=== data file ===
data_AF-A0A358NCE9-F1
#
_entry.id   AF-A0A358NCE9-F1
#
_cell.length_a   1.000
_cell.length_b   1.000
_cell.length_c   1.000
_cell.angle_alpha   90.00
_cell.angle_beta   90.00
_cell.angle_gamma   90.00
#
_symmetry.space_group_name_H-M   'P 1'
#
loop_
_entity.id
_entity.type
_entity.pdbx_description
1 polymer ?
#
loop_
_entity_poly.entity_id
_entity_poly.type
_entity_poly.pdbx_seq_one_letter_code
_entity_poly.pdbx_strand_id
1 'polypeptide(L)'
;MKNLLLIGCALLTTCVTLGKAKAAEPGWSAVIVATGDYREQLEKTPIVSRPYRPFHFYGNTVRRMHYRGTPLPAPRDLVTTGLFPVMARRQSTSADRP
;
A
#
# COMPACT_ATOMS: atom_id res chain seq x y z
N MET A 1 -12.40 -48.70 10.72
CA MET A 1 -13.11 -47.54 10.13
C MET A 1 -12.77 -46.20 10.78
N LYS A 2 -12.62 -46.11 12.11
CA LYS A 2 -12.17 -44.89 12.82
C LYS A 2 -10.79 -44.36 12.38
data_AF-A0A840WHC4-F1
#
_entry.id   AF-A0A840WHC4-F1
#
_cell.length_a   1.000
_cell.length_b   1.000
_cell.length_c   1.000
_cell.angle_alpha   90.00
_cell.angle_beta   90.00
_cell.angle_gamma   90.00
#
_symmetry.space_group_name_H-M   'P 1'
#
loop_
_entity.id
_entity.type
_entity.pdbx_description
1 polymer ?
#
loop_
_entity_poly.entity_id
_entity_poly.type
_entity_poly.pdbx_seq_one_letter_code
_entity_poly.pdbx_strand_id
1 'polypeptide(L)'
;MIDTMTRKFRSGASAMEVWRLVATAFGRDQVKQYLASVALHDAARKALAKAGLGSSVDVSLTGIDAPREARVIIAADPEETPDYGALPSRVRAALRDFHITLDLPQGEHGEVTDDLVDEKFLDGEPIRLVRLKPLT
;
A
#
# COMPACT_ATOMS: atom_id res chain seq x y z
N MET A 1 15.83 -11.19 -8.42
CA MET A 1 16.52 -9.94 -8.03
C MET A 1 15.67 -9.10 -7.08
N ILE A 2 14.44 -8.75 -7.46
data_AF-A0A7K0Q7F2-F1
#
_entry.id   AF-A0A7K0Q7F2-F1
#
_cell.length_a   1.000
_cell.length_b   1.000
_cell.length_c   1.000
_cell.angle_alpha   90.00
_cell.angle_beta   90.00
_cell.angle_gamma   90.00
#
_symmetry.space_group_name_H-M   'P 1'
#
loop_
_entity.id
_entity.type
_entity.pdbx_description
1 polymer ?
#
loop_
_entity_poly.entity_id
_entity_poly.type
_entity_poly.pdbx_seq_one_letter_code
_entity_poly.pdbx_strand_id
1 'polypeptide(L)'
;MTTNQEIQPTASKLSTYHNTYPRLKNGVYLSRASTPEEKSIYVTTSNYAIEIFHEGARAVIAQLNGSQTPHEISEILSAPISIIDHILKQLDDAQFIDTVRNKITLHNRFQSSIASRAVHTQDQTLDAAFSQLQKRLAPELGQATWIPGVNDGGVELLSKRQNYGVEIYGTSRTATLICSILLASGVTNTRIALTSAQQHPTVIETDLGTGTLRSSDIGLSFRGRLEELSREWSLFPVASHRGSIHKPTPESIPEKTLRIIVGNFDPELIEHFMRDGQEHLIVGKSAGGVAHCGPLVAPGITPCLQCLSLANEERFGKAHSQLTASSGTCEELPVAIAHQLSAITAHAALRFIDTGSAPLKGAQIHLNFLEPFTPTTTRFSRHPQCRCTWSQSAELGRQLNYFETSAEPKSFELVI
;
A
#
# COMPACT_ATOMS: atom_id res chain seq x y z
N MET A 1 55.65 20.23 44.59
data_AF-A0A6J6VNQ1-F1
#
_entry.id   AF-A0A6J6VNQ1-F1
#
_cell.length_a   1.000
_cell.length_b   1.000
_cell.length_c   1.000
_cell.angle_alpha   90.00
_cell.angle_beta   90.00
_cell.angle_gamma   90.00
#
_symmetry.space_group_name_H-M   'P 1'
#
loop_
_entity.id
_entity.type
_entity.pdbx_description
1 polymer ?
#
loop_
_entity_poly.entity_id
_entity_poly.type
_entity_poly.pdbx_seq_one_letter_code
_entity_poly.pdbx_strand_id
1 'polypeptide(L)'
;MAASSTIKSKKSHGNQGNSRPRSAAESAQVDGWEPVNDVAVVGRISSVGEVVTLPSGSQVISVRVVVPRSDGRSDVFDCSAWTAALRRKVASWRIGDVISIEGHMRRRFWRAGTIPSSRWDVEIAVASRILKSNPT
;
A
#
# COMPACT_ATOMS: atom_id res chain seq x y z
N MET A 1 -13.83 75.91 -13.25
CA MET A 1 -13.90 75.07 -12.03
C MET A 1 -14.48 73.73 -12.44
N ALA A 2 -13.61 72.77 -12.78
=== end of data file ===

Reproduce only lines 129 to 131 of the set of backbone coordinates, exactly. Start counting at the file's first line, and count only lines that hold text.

A
#
# COMPACT_ATOMS: atom_id res chain seq x y z